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Resveratrol Hopes Premature

March 22, 2010 | A version of this story appeared in Volume 88, Issue 12

Resveratrol, a component of red wine and Japanese knotweed, is reported to have the potential to treat a number of diseases from stroke to cancer and to increase longevity (C&EN, Dec. 14, 2009, page 36). Aside from a few pharmacokinetic studies, however, such findings have been seen only in mice and rats.

First, although compounds occasionally work wonderfully in animal models, they face a challenge in humans. David A. Sinclair's paper (Nature 2003, 425, 191), which was mentioned in the C&EN article, shows an interesting correlation with sirtuin activation, but resveratrol may be acting through multiple pathways.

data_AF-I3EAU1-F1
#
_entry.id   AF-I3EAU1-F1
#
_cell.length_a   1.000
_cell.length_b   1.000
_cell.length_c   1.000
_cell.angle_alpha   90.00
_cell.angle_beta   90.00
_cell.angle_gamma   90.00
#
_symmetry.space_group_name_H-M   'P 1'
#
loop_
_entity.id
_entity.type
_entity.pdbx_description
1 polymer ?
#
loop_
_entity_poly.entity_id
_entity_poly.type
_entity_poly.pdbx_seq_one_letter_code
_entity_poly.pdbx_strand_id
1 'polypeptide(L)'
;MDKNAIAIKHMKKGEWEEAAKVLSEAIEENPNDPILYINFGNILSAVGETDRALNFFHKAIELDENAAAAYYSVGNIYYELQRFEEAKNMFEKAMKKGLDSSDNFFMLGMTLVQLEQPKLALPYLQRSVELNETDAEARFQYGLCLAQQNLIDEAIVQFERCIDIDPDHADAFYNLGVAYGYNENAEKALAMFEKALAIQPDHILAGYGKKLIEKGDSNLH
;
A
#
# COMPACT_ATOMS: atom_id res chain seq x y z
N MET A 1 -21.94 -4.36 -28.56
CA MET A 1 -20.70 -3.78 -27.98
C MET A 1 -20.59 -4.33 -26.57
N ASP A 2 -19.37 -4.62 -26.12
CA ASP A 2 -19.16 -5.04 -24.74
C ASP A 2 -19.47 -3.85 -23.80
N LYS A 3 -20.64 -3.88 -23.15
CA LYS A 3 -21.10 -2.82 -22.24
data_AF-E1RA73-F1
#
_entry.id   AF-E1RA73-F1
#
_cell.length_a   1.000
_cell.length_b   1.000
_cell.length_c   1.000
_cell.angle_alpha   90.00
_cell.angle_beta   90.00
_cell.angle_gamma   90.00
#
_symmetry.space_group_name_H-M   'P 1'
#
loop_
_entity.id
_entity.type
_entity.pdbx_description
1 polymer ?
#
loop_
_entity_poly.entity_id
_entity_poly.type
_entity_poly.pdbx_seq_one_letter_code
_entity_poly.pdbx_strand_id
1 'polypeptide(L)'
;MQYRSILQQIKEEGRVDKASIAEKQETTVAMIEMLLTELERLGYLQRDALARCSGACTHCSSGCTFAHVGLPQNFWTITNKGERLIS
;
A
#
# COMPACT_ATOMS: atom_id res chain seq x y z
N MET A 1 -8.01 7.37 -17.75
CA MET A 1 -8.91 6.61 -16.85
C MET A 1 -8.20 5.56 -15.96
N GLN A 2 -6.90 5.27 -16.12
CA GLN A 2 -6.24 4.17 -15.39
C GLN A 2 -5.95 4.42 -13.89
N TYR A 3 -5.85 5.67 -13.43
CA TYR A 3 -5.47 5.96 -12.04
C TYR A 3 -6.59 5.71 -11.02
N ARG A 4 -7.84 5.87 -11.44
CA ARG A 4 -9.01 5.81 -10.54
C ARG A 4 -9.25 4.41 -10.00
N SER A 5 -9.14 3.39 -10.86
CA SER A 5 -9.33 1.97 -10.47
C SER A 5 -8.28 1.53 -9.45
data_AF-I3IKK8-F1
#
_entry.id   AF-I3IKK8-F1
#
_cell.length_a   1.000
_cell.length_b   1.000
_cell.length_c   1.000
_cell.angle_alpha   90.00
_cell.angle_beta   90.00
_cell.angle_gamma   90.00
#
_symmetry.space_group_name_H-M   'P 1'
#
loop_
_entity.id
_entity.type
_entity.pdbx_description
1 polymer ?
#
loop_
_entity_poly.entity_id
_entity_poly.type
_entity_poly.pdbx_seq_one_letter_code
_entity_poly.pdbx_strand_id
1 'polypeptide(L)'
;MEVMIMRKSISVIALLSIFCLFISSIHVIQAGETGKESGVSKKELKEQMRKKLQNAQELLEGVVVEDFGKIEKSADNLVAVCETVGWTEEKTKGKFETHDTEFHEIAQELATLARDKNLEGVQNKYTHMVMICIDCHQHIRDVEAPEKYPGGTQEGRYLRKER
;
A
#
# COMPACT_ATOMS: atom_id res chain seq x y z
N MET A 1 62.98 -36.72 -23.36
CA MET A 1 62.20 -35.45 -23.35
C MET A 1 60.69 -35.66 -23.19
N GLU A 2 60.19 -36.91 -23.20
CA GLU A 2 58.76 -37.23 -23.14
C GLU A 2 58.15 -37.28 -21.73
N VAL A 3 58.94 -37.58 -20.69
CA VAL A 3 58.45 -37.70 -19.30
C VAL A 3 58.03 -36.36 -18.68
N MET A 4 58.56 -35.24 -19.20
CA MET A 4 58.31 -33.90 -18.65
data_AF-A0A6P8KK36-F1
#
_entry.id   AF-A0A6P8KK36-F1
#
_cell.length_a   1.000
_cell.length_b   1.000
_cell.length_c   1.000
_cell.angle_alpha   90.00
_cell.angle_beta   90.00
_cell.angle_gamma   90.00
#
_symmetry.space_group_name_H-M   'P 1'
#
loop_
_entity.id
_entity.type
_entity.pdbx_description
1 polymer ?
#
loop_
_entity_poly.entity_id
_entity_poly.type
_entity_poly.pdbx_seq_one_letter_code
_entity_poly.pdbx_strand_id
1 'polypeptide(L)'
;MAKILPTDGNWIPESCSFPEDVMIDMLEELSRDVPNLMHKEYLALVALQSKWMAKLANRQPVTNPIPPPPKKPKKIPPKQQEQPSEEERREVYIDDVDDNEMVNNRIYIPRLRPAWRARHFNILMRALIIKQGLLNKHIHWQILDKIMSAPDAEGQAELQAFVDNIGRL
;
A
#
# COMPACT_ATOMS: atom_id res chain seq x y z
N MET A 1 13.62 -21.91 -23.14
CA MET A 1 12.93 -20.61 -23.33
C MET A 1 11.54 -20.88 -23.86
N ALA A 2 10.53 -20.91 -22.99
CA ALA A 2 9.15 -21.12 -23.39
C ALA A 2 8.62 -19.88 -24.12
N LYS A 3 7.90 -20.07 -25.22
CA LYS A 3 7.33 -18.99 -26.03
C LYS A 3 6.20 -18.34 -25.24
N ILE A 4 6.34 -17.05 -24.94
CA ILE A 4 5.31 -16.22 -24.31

Second, a 4-oz glass of wine contains less than 2 mg of resveratrol, depending on wine, but daily multigram quantities of resveratrol would be required for these animal experimental effects to be translated in humans.

Third, and most important, it would be a great challenge to get resveratrol or its analogs into clinical trials because of poor bioavailability. There may be other minor constituents in red wine (waiting to be discovered) that might be responsible for these effects, known as the "French paradox."

There is no reason to get excited about resveratrol just yet. More studies on it and its analogs are needed before there can be clinical trials. I agree with Matt R. Kaeberlein's summary: "There's a lot of interesting stuff going on with resveratrol and a lot of interesting stuff going on with the sirtuins. How it fits together is the big question."

Ved Pathak
San Diego


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